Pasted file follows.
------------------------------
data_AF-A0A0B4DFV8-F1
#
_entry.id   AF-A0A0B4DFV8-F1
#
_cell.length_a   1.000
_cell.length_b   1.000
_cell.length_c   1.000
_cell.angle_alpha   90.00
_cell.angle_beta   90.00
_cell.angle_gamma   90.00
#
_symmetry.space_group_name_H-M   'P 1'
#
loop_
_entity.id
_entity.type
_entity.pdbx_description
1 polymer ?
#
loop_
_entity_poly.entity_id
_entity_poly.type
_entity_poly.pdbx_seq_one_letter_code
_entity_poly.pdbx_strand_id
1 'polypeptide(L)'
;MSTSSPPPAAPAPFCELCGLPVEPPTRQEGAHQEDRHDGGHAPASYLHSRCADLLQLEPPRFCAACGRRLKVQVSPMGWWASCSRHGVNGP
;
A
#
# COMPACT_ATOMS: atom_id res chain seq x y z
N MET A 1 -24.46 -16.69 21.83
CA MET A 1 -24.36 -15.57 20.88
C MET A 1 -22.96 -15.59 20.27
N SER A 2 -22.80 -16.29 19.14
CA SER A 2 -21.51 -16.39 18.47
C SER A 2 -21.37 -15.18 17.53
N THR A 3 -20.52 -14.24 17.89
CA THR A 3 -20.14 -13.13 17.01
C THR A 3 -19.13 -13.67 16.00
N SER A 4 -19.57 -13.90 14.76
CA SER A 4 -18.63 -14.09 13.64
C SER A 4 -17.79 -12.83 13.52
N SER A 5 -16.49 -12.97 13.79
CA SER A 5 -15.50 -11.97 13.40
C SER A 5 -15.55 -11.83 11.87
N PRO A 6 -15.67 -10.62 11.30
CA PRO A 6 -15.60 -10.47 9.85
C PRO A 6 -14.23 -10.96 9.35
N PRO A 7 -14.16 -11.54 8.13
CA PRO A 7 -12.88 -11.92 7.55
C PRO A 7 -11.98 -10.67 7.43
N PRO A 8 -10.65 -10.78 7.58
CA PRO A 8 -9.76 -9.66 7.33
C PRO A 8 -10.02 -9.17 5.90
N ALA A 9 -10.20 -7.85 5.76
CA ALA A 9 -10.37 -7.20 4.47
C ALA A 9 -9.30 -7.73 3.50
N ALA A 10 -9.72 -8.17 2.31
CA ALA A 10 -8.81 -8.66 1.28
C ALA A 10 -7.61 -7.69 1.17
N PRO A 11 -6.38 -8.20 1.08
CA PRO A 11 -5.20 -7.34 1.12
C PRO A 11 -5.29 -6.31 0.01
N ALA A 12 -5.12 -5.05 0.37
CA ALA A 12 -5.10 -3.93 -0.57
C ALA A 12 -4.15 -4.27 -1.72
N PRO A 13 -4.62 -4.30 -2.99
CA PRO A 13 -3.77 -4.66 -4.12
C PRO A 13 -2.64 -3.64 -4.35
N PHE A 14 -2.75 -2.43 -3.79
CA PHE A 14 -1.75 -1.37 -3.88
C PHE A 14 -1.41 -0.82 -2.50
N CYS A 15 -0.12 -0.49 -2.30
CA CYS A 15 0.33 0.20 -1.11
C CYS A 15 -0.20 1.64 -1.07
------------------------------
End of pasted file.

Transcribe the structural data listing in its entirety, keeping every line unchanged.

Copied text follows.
data_AF-A0A0B4DFV8-F1
#
_entry.id   AF-A0A0B4DFV8-F1
#
_cell.length_a   1.000
_cell.length_b   1.000
_cell.length_c   1.000
_cell.angle_alpha   90.00
_cell.angle_beta   90.00
_cell.angle_gamma   90.00
#
_symmetry.space_group_name_H-M   'P 1'
#
loop_
_entity.id
_entity.type
_entity.pdbx_description
1 polymer ?
#
loop_
_entity_poly.entity_id
_entity_poly.type
_entity_poly.pdbx_seq_one_letter_code
_entity_poly.pdbx_strand_id
1 'polypeptide(L)'
;MSTSSPPPAAPAPFCELCGLPVEPPTRQEGAHQEDRHDGGHAPASYLHSRCADLLQLEPPRFCAACGRRLKVQVSPMGWWASCSRHGVNGP
;
A
#
# COMPACT_ATOMS: atom_id res chain seq x y z
N MET A 1 -24.46 -16.69 21.83
CA MET A 1 -24.36 -15.57 20.88
C MET A 1 -22.96 -15.59 20.27
N SER A 2 -22.80 -16.29 19.14
CA SER A 2 -21.51 -16.39 18.47
C SER A 2 -21.37 -15.18 17.53
N THR A 3 -20.52 -14.24 17.89
CA THR A 3 -20.14 -13.13 17.01
C THR A 3 -19.13 -13.67 16.00
N SER A 4 -19.57 -13.90 14.76
CA SER A 4 -18.63 -14.09 13.64
C SER A 4 -17.79 -12.83 13.52
N SER A 5 -16.49 -12.97 13.79
CA SER A 5 -15.50 -11.97 13.40
C SER A 5 -15.55 -11.83 11.87
N PRO A 6 -15.67 -10.62 11.30
CA PRO A 6 -15.60 -10.47 9.85
C PRO A 6 -14.23 -10.96 9.35
N PRO A 7 -14.16 -11.54 8.13
CA PRO A 7 -12.88 -11.92 7.55
C PRO A 7 -11.98 -10.67 7.43
N PRO A 8 -10.65 -10.78 7.58
CA PRO A 8 -9.76 -9.66 7.33
C PRO A 8 -10.02 -9.17 5.90
N ALA A 9 -10.20 -7.85 5.76
CA ALA A 9 -10.37 -7.20 4.47
C ALA A 9 -9.30 -7.73 3.50
N ALA A 10 -9.72 -8.17 2.31
CA ALA A 10 -8.81 -8.66 1.28
C ALA A 10 -7.61 -7.69 1.17
N PRO A 11 -6.38 -8.20 1.08
CA PRO A 11 -5.20 -7.34 1.12
C PRO A 11 -5.29 -6.31 0.01
N ALA A 12 -5.12 -5.05 0.37
CA ALA A 12 -5.10 -3.93 -0.57
C ALA A 12 -4.15 -4.27 -1.72
N PRO A 13 -4.62 -4.30 -2.99
CA PRO A 13 -3.77 -4.66 -4.12
C PRO A 13 -2.64 -3.64 -4.35
N PHE A 14 -2.75 -2.43 -3.79
CA PHE A 14 -1.75 -1.37 -3.88
C PHE A 14 -1.41 -0.82 -2.50
N CYS A 15 -0.12 -0.49 -2.30
CA CYS A 15 0.33 0.20 -1.11
C CYS A 15 -0.20 1.64 -1.07